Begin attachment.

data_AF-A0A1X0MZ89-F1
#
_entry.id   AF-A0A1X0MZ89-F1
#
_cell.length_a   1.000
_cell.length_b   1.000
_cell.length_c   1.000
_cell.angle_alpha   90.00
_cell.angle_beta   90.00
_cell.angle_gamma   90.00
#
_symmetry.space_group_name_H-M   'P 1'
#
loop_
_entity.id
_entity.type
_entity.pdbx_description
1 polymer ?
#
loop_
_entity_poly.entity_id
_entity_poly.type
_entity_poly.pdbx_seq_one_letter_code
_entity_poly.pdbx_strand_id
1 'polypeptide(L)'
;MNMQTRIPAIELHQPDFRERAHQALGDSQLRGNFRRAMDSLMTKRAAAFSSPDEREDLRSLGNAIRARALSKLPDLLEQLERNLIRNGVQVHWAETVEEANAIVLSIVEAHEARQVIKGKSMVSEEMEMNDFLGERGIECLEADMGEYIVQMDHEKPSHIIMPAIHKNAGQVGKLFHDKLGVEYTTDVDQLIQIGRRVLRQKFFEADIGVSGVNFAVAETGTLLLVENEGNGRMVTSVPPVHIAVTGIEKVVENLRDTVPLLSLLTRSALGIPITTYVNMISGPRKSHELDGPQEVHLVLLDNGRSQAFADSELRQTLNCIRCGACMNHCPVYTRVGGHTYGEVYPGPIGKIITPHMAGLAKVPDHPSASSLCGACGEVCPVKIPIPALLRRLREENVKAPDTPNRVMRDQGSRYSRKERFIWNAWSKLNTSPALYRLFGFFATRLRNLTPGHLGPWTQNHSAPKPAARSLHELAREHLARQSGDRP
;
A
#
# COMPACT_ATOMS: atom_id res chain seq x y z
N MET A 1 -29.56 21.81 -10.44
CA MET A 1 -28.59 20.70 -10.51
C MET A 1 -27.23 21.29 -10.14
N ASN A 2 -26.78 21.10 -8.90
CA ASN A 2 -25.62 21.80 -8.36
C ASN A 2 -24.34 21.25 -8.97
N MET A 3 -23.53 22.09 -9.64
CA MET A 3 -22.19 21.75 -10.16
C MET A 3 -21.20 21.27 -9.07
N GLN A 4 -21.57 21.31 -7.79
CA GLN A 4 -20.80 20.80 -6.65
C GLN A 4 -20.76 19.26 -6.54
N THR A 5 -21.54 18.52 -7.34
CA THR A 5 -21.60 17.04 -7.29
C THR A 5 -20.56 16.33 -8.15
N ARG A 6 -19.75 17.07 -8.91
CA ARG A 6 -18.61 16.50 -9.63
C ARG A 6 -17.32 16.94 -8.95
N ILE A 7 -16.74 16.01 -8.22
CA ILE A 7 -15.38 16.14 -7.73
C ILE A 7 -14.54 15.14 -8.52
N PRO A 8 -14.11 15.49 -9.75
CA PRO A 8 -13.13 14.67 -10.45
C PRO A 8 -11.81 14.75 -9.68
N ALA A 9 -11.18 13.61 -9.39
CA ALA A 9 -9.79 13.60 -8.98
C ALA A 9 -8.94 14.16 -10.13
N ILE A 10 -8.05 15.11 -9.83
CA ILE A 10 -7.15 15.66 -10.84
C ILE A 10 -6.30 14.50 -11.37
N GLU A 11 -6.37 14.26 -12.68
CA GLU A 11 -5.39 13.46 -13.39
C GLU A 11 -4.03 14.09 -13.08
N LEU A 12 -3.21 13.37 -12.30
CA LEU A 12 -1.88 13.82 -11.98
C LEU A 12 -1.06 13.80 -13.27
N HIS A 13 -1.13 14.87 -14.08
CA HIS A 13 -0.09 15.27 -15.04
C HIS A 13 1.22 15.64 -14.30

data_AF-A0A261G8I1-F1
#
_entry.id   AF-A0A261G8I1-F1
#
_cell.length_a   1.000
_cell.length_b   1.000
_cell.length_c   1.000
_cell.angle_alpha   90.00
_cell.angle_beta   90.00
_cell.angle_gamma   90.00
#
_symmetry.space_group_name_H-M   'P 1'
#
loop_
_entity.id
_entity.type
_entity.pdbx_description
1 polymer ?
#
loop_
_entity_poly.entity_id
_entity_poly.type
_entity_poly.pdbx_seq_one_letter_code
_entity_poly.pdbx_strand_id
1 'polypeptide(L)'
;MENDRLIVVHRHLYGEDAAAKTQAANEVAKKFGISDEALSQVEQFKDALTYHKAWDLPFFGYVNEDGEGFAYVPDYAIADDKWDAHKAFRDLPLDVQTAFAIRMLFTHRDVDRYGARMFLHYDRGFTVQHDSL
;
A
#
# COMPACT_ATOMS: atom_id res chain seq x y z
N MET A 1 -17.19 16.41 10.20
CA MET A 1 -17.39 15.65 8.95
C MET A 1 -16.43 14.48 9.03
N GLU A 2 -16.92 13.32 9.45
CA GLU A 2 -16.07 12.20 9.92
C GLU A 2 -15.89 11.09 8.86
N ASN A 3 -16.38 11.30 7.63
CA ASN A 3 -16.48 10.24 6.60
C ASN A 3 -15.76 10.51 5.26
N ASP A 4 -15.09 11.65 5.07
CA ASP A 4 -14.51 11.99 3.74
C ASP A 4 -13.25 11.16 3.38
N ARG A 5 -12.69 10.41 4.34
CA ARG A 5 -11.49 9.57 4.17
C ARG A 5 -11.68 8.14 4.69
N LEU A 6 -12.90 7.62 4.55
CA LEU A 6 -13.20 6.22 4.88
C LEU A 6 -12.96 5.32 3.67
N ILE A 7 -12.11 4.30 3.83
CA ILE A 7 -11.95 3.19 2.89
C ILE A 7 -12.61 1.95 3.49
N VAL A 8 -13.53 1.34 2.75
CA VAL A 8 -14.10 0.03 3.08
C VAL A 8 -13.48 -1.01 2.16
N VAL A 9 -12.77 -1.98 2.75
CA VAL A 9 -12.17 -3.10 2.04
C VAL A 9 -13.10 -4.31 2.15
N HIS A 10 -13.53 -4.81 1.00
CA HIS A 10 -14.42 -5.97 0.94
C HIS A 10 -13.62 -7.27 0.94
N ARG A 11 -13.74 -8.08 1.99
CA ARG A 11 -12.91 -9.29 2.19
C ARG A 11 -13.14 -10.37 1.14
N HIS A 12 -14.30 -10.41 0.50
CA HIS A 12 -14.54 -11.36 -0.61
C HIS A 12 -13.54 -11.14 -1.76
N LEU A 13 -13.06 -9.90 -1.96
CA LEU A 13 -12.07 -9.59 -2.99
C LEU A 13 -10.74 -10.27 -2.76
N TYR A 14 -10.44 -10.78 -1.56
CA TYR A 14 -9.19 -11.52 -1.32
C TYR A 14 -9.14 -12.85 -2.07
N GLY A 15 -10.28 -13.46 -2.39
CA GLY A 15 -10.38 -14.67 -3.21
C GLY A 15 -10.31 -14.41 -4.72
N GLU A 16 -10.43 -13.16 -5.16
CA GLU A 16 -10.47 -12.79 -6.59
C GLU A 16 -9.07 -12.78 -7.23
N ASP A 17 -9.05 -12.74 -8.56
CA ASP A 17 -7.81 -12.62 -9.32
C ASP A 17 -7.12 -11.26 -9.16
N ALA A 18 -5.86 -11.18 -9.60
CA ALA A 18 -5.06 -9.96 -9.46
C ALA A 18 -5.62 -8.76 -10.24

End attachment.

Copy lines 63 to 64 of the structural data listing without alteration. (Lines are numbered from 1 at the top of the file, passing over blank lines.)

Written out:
C GLU A 11 -4.03 14.09 -13.08
N LEU A 12 -3.21 13.37 -12.30